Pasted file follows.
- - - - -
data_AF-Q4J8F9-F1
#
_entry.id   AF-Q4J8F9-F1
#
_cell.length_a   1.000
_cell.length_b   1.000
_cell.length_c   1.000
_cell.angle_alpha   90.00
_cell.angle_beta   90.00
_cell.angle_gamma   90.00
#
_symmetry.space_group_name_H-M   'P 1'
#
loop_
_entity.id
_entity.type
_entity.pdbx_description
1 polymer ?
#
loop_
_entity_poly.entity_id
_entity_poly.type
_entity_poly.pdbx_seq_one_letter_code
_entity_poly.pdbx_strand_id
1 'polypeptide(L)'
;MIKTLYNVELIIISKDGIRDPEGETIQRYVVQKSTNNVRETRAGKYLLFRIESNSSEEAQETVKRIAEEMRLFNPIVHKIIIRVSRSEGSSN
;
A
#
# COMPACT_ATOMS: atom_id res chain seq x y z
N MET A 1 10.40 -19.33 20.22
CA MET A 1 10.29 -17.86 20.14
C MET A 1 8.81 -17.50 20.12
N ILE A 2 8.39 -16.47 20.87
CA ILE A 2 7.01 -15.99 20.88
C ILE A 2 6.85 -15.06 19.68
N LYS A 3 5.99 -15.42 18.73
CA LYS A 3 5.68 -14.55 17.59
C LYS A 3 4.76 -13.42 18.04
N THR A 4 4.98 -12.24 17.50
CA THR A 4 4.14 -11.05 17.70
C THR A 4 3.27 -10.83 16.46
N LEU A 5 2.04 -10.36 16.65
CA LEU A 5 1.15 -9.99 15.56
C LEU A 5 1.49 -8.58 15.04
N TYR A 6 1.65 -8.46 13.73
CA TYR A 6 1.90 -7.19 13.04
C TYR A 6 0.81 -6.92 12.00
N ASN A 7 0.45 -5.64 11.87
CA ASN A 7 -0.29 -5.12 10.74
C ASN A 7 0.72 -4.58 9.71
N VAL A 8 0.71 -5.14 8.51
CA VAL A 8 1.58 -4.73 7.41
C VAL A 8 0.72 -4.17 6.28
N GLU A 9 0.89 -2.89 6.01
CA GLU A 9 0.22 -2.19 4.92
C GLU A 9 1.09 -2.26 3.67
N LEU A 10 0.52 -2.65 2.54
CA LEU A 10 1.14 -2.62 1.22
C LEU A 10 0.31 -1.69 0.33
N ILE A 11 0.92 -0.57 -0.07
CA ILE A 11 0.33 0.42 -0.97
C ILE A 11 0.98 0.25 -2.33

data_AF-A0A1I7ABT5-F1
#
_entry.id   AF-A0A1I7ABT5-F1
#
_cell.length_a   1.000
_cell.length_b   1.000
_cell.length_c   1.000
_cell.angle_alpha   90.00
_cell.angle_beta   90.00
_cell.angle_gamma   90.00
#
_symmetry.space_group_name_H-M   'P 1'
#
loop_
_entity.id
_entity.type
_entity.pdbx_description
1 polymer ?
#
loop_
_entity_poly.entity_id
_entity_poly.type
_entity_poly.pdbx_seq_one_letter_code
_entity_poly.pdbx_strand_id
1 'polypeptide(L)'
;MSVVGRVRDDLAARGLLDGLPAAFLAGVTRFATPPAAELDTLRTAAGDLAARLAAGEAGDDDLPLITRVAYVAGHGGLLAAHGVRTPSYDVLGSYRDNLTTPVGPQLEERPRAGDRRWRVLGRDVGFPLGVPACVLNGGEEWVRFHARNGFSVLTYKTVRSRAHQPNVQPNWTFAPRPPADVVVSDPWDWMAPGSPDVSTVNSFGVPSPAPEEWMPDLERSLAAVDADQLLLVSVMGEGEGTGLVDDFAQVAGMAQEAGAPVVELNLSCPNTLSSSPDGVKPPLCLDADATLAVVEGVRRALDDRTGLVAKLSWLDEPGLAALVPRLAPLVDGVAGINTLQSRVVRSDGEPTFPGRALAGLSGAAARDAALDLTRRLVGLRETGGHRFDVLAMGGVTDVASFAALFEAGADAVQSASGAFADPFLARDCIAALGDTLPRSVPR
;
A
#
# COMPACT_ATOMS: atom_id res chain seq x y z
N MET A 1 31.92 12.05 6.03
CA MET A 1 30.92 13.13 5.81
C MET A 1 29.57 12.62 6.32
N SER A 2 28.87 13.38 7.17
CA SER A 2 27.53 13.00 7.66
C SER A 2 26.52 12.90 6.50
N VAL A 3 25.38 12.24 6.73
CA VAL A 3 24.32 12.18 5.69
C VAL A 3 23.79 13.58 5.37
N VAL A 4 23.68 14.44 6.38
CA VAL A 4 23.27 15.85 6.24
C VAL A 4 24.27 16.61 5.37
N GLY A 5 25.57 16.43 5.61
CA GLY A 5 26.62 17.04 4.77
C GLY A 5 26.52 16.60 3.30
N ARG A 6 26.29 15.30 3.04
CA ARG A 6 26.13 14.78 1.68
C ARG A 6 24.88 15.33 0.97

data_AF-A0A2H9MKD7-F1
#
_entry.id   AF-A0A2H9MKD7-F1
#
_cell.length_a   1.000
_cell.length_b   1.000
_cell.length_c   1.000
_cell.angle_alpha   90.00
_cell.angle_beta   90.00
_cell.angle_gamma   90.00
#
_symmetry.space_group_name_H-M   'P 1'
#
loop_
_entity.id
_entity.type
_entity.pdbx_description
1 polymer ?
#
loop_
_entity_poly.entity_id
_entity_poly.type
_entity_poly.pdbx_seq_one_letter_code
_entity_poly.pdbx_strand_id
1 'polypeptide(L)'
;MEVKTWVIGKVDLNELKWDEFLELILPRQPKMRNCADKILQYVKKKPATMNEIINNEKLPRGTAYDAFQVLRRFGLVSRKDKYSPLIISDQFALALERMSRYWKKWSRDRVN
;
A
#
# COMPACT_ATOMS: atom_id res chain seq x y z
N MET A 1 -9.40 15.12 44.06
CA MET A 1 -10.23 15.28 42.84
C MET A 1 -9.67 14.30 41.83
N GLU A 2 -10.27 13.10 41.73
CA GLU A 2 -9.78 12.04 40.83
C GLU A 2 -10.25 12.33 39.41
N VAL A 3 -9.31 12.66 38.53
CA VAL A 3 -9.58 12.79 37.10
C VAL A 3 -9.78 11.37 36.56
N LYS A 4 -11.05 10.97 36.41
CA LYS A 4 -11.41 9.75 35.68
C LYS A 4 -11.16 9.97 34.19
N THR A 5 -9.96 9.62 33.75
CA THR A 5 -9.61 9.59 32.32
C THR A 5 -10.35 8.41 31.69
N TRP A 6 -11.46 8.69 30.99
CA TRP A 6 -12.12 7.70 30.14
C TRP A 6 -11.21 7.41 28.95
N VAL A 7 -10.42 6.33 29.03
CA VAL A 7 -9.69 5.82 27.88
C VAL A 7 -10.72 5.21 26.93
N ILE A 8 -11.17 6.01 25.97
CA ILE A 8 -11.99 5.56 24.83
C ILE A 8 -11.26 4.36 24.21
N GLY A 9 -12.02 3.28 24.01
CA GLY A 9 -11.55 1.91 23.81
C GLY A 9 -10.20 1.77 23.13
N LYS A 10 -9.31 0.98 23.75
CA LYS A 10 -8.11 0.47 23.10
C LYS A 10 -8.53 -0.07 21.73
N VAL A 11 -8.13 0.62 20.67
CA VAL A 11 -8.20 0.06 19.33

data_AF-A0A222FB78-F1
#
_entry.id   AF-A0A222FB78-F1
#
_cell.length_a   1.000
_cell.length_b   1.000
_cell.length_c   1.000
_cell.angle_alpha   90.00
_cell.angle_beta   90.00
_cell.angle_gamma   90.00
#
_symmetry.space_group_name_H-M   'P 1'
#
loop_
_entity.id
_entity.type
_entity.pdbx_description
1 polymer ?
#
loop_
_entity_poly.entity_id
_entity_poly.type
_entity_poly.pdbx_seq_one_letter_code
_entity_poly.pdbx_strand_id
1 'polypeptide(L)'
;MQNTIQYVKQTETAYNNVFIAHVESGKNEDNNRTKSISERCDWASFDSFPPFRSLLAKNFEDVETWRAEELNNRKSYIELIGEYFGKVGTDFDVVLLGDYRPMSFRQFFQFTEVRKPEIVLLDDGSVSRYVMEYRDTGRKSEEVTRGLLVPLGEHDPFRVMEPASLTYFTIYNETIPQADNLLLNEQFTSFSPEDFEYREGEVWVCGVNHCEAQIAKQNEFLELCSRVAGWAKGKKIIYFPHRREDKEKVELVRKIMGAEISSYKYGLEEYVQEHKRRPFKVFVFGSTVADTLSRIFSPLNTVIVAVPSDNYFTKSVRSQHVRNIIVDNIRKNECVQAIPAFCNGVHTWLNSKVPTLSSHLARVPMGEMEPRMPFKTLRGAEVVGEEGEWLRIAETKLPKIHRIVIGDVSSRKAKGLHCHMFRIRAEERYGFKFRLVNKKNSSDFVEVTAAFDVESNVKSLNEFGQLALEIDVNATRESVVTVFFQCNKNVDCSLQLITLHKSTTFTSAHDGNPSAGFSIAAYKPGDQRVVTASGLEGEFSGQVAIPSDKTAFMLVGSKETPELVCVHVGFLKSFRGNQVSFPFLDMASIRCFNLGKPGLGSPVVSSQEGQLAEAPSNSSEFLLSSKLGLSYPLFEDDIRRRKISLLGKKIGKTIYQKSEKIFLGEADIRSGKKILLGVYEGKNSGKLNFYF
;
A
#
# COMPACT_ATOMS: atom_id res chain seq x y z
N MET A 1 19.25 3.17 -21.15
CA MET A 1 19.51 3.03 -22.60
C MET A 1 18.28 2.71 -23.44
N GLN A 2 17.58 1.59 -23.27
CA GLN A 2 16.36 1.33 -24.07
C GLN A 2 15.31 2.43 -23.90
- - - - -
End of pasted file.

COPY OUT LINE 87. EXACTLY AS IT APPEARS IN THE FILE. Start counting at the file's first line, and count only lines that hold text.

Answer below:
_entity_poly.pdbx_strand_id